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Volume 4978

Eclectica Archive
Edgar Rice Burroughs

ECLECTICA v.2014.07

Eclectica Archive


2014 ECOF and Dum-Dum Conventions
See our coverage of the ECOF Event starting at:
FARGO ECOF 2014 - Thursday, June 19th through Sunday, June 22nd.
The event, hosted by Rudy Sigmund, included a number of guests of honour and
a special showing of the 1927 silent classic, "Tarzan and the Golden Lion",
starring James Pierce, the future son-in-law of Edgar Rice Burroughs.

Still of the Friday Banquet and Fargo Theatre by Bill and Sue-On Hillman from


Tarzan: The Complete Russ Manning Newspaper Strips Volume 3 (1971-1974)
Russ Manning (Author, Illustrator)
This third volume of a four-book series collecting the entire run of the Tarzan newspaper strip by Russ Manning
presents the final two, complete daily storylines, plus four extended Sunday adventures.
In the dailies from August 2, 1971 through July 29, 1972, Tarzan returns to the Earth's core,
while Korak plays guide on the dangerous white water river. In the Sundays from January 24, 1971 through March 17, 1974,
Tarzan travels to Pal-ul-don and Korak enters the City of Xuja.
Available at your local booksellers or online at Amazon

ERBzine's Russ Manning Tribute
which includes all the Tarzan strips
is featured at:


Edgar Rice Burrough's Immortal Classics, Together In One Volume...
The Easton Press Edition
Written by America's great science-fiction genius Edgar Rice Burroughs,
the "Moon Maid" trilogy envisions the fierce struggle of rival civilizations beyond Earth.
This stunning volume brings you all three volumes, and
features 3 new full-color works of art specially commissioned for this edition.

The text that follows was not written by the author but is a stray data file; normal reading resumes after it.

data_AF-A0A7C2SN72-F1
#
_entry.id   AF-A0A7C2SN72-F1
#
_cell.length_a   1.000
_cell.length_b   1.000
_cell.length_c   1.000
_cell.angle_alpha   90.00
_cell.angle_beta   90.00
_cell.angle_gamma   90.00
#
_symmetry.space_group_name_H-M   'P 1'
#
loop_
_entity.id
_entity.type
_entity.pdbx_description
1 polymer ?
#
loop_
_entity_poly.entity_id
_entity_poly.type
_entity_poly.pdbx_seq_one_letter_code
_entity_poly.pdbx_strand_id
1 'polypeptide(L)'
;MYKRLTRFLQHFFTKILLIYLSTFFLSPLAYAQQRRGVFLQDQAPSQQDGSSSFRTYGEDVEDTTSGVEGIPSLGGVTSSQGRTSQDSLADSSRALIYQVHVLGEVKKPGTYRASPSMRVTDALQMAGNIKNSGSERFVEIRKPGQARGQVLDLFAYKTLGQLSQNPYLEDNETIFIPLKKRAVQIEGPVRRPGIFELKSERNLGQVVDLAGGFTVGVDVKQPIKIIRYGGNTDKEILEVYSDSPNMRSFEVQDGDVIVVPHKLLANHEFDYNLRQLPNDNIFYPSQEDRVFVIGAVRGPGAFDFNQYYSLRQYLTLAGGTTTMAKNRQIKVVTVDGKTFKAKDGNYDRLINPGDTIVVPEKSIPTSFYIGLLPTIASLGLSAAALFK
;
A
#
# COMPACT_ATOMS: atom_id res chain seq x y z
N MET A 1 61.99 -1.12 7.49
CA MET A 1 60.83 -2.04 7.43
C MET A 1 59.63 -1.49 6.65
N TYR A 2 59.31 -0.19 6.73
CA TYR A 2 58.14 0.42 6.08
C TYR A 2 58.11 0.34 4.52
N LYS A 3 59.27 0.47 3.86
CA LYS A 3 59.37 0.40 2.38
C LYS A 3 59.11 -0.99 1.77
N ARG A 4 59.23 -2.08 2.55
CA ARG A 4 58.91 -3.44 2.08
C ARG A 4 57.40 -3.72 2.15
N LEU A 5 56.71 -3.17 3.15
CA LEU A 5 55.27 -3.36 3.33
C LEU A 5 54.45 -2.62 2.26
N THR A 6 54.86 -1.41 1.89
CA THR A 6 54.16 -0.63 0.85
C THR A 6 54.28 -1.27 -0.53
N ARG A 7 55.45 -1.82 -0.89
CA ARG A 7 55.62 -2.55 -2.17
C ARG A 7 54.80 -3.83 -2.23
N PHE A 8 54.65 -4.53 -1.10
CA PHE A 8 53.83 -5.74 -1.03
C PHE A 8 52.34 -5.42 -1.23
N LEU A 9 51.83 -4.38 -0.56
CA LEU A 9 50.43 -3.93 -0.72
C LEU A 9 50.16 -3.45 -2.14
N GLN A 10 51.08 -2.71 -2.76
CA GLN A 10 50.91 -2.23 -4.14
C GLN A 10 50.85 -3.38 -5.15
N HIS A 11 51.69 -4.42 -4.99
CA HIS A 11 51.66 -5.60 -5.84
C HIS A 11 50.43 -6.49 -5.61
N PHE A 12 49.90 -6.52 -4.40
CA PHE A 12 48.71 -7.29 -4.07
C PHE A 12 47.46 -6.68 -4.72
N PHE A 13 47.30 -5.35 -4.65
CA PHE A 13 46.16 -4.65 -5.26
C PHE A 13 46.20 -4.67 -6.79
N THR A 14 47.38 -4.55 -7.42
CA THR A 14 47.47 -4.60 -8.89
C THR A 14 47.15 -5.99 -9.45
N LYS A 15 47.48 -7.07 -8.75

6" x 9", 400pp
3 Monthly Installments of just $39

See ERBzine's Online Bibliography 
for full information on all the ERB Books


Coming in November 2014, a beautiful art book featuring Virgil Finlay art
from the collections of Robert Weinberg, Doug Ellis, Glynn Crain, and Robert K. Wiener.
Virgil Finlay was one of the premier artists of science fiction, fantasy and horror art of the 20th Century.
His work appeared in every major SF magazine and on the most prestigious of the small press SF books.
Premiering at the World Fantasy Convention in Virginia in conjunction with the Centenary celebration of Finlay's birth,
this collection will contain some of the finest reproductions of his B&W work to date,
with most printed at their original size, so you can truly appreciate his fine artistry.
The color pieces will be printed on a 200 LPI press, assuring a beauty and faithfulness to the image hard to surpass.



Stan Lee and Tars Tarkas

circa 1934 ~ Courtesy Rob Tonkers
More many more of the rare photos we have featured over the years:

100 Years Ago

Submitted by Rick Barry
See much more on ERB's third novel in ERBzine
ERBzine's Biblio-Pro-Philes

Burroughs Family Stories

These Insanely Detailed Maps Of Mars Are The Most Accurate Yet ~ July 15, 2014